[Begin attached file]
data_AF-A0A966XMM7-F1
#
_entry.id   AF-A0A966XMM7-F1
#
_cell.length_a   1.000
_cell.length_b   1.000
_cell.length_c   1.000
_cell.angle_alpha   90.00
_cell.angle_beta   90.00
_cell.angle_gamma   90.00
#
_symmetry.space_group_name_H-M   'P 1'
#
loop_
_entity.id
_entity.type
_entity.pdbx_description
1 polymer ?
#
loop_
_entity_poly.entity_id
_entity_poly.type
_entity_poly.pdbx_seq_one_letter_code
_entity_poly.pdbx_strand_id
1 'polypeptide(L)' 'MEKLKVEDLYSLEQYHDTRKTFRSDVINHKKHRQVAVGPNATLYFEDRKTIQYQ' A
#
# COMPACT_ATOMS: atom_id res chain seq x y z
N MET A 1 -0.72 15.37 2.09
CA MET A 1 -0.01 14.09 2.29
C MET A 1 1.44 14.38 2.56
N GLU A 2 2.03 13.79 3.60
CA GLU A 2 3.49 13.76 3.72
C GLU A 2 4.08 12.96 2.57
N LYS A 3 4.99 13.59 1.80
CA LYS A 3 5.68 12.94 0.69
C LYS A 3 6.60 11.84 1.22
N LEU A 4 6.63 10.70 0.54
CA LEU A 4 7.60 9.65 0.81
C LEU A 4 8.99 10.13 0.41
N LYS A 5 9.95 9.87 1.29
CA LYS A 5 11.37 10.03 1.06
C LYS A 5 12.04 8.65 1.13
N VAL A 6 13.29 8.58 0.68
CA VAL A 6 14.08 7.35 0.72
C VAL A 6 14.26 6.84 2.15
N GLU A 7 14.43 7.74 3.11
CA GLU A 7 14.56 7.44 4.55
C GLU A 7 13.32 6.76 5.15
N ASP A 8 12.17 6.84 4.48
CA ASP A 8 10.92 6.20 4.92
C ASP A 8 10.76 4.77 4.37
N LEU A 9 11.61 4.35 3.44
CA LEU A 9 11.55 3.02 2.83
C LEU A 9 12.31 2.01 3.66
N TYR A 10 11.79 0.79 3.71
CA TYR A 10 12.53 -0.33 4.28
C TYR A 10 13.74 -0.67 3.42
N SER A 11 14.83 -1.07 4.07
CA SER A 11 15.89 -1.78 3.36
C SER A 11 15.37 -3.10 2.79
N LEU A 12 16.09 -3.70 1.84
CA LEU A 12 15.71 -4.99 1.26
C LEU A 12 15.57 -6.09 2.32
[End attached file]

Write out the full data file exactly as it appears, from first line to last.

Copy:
data_AF-A0A966XMM7-F1
#
_entry.id   AF-A0A966XMM7-F1
#
_cell.length_a   1.000
_cell.length_b   1.000
_cell.length_c   1.000
_cell.angle_alpha   90.00
_cell.angle_beta   90.00
_cell.angle_gamma   90.00
#
_symmetry.space_group_name_H-M   'P 1'
#
loop_
_entity.id
_entity.type
_entity.pdbx_description
1 polymer ?
#
loop_
_entity_poly.entity_id
_entity_poly.type
_entity_poly.pdbx_seq_one_letter_code
_entity_poly.pdbx_strand_id
1 'polypeptide(L)' 'MEKLKVEDLYSLEQYHDTRKTFRSDVINHKKHRQVAVGPNATLYFEDRKTIQYQ' A
#
# COMPACT_ATOMS: atom_id res chain seq x y z
N MET A 1 -0.72 15.37 2.09
CA MET A 1 -0.01 14.09 2.29
C MET A 1 1.44 14.38 2.56
N GLU A 2 2.03 13.79 3.60
CA GLU A 2 3.49 13.76 3.72
C GLU A 2 4.08 12.96 2.57
N LYS A 3 4.99 13.59 1.80
CA LYS A 3 5.68 12.94 0.69
C LYS A 3 6.60 11.84 1.22
N LEU A 4 6.63 10.70 0.54
CA LEU A 4 7.60 9.65 0.81
C LEU A 4 8.99 10.13 0.41
N LYS A 5 9.95 9.87 1.29
CA LYS A 5 11.37 10.03 1.06
C LYS A 5 12.04 8.65 1.13
N VAL A 6 13.29 8.58 0.68
CA VAL A 6 14.08 7.35 0.72
C VAL A 6 14.26 6.84 2.15
N GLU A 7 14.43 7.74 3.11
CA GLU A 7 14.56 7.44 4.55
C GLU A 7 13.32 6.76 5.15
N ASP A 8 12.17 6.84 4.48
CA ASP A 8 10.92 6.20 4.92
C ASP A 8 10.76 4.77 4.37
N LEU A 9 11.61 4.35 3.44
CA LEU A 9 11.55 3.02 2.83
C LEU A 9 12.31 2.01 3.66
N TYR A 10 11.79 0.79 3.71
CA TYR A 10 12.53 -0.33 4.28
C TYR A 10 13.74 -0.67 3.42
N SER A 11 14.83 -1.07 4.07
CA SER A 11 15.89 -1.78 3.36
C SER A 11 15.37 -3.10 2.79
N LEU A 12 16.09 -3.70 1.84
CA LEU A 12 15.71 -4.99 1.26
C LEU A 12 15.57 -6.09 2.32